23 March 2010

OK, Just One More on the Socialist Takeover

I saw this at Colleen Hammond's blog, and thought it crystalizes things pretty well.

Obama-Care and the Profound Catholic Failure

by COLLEEN HAMMOND on MARCH 23, 2010

Story found reprinted by CBS here, and the original can be found here.

Abortion and the Health Care Bill

The Catholic Church Suffered a Profound Failure Sunday Night in Washington
by Christopher Badeaux

I am not competent to speak to health care policy. I can tell you the pitfalls of the current system and its strengths from personal

Rep. Bart Stupak, D-Mich., announcing his support for the health reform bill Sunday, March 21, 2010  (CBS)

Rep. Bart Stupak, D-Mich., announcing his support for the health reform bill Sunday, March 21, 2010 (CBS)

experience only; I can talk about economic incentives and disincentives to behavior in the system as it exists and in the system as it will soon exist from my extremely limited grasp of economics; and I can talk about the process of shopping health insurance for an individual or for a small business. But on the merits of the system as it currently stands against the bill that was passed in the Senate months ago and the House last night, I’m unashamedly out of my depth. I leave that to the wiser people who write here.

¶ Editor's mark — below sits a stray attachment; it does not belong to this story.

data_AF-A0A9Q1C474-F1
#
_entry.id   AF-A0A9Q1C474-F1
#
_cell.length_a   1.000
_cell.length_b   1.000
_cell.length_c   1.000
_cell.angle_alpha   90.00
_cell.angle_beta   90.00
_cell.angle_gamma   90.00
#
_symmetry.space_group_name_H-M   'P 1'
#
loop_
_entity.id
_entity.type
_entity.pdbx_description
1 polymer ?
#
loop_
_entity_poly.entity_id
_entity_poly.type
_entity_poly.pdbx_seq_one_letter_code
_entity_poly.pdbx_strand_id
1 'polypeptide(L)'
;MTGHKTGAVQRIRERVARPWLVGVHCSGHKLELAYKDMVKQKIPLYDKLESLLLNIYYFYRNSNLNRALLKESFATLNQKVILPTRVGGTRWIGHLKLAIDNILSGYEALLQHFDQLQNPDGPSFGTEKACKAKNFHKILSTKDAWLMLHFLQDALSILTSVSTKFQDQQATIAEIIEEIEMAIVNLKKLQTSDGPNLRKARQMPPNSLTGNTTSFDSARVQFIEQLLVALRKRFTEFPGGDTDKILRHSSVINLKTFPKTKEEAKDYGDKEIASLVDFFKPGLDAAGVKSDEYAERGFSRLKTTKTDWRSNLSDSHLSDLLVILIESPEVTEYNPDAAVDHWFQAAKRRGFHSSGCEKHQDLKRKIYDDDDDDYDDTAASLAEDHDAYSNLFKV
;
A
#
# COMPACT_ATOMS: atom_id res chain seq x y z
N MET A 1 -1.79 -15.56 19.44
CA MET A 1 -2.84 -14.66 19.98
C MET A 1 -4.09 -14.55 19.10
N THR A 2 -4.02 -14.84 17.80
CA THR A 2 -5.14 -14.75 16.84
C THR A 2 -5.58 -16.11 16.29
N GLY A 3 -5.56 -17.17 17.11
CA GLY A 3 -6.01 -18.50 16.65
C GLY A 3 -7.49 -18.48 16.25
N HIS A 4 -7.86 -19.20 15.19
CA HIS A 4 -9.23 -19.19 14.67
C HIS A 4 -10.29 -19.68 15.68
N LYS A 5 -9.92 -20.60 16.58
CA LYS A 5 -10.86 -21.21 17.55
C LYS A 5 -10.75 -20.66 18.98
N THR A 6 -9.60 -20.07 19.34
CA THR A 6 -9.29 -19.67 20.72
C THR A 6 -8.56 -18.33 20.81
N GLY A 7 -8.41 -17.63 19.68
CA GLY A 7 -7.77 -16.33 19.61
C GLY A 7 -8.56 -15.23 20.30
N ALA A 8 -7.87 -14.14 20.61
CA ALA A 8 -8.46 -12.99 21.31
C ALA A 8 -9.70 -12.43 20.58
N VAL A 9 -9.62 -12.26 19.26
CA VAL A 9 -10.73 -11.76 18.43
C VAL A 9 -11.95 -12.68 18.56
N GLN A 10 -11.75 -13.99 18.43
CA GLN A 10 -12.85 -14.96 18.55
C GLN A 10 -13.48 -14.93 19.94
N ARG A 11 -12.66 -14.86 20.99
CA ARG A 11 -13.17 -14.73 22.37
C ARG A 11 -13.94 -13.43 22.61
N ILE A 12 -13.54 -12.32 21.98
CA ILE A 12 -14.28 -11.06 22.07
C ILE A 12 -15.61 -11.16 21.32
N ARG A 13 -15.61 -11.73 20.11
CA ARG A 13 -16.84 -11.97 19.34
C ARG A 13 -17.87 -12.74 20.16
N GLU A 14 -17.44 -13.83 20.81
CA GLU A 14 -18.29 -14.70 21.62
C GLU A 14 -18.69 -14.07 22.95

I can talk about the Catholic Church and its profound failure yesterday.

It is not an understatement to say that the American Catholic Church lost the abortion wars for three decades, and only began to dig in and hold ground starting with the election of the extremely Protestant George W. Bush.

That loss can be attributed to hundreds of factors – among them, the cultural shifts the Baby Boom’s coming of age set in motion, the liberalization of the Church following Vatican II, and William Brennan (the nominal Catholic on the Supreme Court for decades) being one of the leading hands in crafting the nearly immutable law that contradicts one of his alleged Church’s oldest teachings – but some blame belongs with the deliberate decision of the Church hierarchy to remain allied with the national Democratic Party, long after the majority of its flock had left behind the old urban enclaves.

There is a clear line that runs from treating the Kennedy clan as Catholic royalty for six decades, through ignoring the legions of nominal American Catholic politicians who treat the abortion license with more reverence than they do a consecrated host, to today’s de facto (and, really, de jure) destruction of the decades-old consensus that taxpayer dollars would not directly subsidize abortion (other than the funding Planned Parenthood takes from the government, and the limited Medicaid abortion exceptions).

The reasons for this cataclysmic pastoral failure are as varied as there are and were bishops since Roe v. Wade was handed down: Habit (Catholics had been Democrats for decades, and their priests and bishops frequently more so); reflexive agreement with so much else in the Democratic Party’s platform; a bizarre belief that those wayward Catholic politicians were speaking from a misguided application of their consciences; simple political naivete (surely something like this couldn’t happen); to a thousand other reasons and combinations thereof.